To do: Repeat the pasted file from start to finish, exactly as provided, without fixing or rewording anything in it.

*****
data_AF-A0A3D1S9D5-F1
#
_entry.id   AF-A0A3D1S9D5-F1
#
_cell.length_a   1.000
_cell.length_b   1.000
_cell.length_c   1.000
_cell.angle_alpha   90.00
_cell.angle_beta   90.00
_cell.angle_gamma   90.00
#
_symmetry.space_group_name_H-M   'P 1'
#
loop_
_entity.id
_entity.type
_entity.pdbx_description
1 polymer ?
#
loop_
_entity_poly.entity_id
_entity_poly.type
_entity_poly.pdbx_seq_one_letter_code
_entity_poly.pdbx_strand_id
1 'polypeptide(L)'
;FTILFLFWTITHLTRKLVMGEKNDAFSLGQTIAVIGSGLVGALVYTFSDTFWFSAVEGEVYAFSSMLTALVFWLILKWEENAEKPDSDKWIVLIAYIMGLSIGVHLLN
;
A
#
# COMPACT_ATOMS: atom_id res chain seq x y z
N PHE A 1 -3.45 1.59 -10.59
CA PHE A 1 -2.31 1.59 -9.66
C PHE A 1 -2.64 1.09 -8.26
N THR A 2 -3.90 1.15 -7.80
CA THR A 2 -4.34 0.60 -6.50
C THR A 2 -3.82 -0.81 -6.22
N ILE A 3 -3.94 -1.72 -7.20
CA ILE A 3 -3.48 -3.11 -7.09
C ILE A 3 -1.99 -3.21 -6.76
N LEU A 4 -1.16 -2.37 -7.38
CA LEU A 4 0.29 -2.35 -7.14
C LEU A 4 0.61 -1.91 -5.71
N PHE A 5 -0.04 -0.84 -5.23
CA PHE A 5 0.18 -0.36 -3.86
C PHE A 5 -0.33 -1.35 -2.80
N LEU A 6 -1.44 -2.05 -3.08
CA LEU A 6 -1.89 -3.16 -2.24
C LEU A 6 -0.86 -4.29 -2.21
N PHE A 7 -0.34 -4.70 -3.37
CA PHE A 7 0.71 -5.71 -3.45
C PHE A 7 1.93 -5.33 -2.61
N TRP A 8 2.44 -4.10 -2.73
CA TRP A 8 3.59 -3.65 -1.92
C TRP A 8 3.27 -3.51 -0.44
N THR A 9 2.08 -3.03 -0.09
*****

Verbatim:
data_AF-A0A3D1S9D5-F1
#
_entry.id   AF-A0A3D1S9D5-F1
#
_cell.length_a   1.000
_cell.length_b   1.000
_cell.length_c   1.000
_cell.angle_alpha   90.00
_cell.angle_beta   90.00
_cell.angle_gamma   90.00
#
_symmetry.space_group_name_H-M   'P 1'
#
loop_
_entity.id
_entity.type
_entity.pdbx_description
1 polymer ?
#
loop_
_entity_poly.entity_id
_entity_poly.type
_entity_poly.pdbx_seq_one_letter_code
_entity_poly.pdbx_strand_id
1 'polypeptide(L)'
;FTILFLFWTITHLTRKLVMGEKNDAFSLGQTIAVIGSGLVGALVYTFSDTFWFSAVEGEVYAFSSMLTALVFWLILKWEENAEKPDSDKWIVLIAYIMGLSIGVHLLN
;
A
#
# COMPACT_ATOMS: atom_id res chain seq x y z
N PHE A 1 -3.45 1.59 -10.59
CA PHE A 1 -2.31 1.59 -9.66
C PHE A 1 -2.64 1.09 -8.26
N THR A 2 -3.90 1.15 -7.80
CA THR A 2 -4.34 0.60 -6.50
C THR A 2 -3.82 -0.81 -6.22
N ILE A 3 -3.94 -1.72 -7.20
CA ILE A 3 -3.48 -3.11 -7.09
C ILE A 3 -1.99 -3.21 -6.76
N LEU A 4 -1.16 -2.37 -7.38
CA LEU A 4 0.29 -2.35 -7.14
C LEU A 4 0.61 -1.91 -5.71
N PHE A 5 -0.04 -0.84 -5.23
CA PHE A 5 0.18 -0.36 -3.86
C PHE A 5 -0.33 -1.35 -2.80
N LEU A 6 -1.44 -2.05 -3.08
CA LEU A 6 -1.89 -3.16 -2.24
C LEU A 6 -0.86 -4.29 -2.21
N PHE A 7 -0.34 -4.70 -3.37
CA PHE A 7 0.71 -5.71 -3.45
C PHE A 7 1.93 -5.33 -2.61
N TRP A 8 2.44 -4.10 -2.73
CA TRP A 8 3.59 -3.65 -1.92
C TRP A 8 3.27 -3.51 -0.44
N THR A 9 2.08 -3.03 -0.09